New York Yankees starting pitcher Michael Pineda got caught with pine tar, according to an ESPN report on Thursday. He was ejected from a game against the Boston Red Sox after pitching less than two full innings. The Yankees’ general manager, Brian Cashman, seriously believes a suspension is in order for Pineda this time.
This is allegedly the second time in two weeks that Pineda has tried to pull the same stunt. On April 10, the right-handed pitcher started against the Red Sox when he appeared to use pine tar on his hand. During that suspicious act, he was not questioned about it by the Red Sox. The umpires even let it slide. When questioned about the allegation after the game, Pineda said it was only dirt – not another foreign substance that people were questioning.
After Wednesday night’s incident, Cashman said the obvious after Pineda was tossed from the pitcher’s mound by umpire Gerry Davis on Wednesday. He said, “I think we are all embarrassed.” He went on to say that this is a terrible situation, and the entire team took ownership to it. He admitted that there is obviously a failure or a breakdown when Pineda walks out of the dugout with something like that.
Pineda’s neck glistened with pine tar as he performed in the game on Wednesday, according to USA Today. The question is not as much about why he pulled the same stunt again. The question has now become an insult to baseball viewers. The question has become: just how stupid does Pineda think people are?
While the debates about how pitchers should be allowed to pitch and not be allowed to pitch goes on, the rules are quite clear concerning the Pineda incidents. Major League Baseball’s rule 8.02 clearly states that a foreign substance to a baseball is a major violation in the game. Pine tar – a sticky substance - is a foreign substance that undoubtedly has an effect on the pitcher’s delivery of the ball. The substance challenges a batter’s chance of hitting the ball more than when it is fairly delivered by a skilled pitcher.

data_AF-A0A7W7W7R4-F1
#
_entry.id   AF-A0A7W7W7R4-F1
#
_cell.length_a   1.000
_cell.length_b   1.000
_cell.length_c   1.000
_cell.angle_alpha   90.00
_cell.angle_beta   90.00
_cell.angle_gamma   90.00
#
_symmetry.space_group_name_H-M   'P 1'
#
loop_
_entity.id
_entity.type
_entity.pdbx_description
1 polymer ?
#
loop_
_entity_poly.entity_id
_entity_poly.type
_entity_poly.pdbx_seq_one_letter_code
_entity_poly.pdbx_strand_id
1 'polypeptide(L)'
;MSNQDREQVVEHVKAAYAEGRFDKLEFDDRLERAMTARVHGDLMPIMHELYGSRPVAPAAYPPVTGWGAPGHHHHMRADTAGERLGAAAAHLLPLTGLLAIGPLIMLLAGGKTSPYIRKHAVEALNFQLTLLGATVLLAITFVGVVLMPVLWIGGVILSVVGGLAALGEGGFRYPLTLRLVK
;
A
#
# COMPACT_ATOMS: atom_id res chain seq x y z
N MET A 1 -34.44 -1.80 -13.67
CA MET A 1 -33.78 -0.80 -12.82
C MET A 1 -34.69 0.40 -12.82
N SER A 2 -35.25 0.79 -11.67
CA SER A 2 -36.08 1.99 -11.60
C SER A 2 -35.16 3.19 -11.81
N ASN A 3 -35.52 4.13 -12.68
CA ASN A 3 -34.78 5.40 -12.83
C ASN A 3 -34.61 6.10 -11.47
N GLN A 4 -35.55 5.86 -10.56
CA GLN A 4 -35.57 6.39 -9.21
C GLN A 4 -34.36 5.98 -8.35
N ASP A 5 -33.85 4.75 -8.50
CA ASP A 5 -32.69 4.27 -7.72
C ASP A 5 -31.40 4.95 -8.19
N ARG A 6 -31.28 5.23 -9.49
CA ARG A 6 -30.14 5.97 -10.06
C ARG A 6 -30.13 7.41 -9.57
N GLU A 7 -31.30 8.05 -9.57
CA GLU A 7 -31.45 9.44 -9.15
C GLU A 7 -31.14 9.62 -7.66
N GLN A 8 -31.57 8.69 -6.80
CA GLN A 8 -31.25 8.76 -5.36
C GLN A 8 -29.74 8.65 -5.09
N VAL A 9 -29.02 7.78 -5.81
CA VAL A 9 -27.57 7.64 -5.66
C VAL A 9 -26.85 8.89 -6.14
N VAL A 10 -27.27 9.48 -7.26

The rules do not, however, determine the punishment for such an act. It is extremely rare that pitchers are punished at all for trying to pull such a stunt. Since it is Pineda’s second no-no in two weeks, it is believed that a suspension of some hurtful magnitude will be issued.
For the record, there have only been three suspensions in the past ten years regarding such acts. Julian Tavarez of the Cardinals tried to hide pine tar on his cap in 2004 and got a 10-day suspension. Brendan Donnelley of the Angels got an eight-game suspension in 2005 for having a foreign substance on his glove. Two years ago, Joel Peralta of the Tampa Bay Rays had pine tar on his glove and got zapped with a 12-game suspension. It is more than quite possible that Michael Pineda will be added to this short list for his pine tar violation.